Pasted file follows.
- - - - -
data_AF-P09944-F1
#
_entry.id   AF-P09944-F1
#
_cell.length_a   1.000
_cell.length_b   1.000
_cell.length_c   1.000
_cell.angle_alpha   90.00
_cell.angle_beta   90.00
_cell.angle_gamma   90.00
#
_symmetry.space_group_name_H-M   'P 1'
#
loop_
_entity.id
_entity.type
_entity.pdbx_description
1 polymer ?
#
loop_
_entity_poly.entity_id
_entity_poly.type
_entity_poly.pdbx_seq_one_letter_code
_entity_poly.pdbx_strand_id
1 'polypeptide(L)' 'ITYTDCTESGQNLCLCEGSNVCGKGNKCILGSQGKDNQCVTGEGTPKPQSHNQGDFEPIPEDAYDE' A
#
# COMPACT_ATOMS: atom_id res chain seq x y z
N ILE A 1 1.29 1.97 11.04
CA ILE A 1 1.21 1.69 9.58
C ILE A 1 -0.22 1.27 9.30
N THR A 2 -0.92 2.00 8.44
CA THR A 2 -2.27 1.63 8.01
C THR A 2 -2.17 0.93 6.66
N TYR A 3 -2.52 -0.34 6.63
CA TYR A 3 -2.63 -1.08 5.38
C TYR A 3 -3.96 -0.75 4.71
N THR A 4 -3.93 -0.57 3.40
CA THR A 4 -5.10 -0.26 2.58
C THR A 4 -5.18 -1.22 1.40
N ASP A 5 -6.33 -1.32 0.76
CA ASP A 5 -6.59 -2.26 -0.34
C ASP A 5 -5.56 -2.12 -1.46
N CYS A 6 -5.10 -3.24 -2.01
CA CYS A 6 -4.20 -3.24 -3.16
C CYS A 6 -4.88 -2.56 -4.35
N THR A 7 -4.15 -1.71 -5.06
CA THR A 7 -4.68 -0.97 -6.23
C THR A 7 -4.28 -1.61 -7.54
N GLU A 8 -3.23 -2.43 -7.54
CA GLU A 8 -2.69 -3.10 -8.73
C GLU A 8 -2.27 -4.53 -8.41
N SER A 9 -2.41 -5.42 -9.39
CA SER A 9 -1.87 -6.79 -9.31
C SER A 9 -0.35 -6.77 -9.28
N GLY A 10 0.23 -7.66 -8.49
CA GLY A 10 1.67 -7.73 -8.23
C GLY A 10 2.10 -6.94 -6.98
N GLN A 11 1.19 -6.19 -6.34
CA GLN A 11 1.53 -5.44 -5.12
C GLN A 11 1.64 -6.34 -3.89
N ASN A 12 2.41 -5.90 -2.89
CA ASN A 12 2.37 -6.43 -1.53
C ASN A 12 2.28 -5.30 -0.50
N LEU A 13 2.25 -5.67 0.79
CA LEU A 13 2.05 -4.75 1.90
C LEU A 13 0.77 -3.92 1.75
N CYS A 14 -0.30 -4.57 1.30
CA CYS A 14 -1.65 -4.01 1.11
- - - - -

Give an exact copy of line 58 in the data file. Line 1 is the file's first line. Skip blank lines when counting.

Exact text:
N GLN A 11 1.19 -6.19 -6.34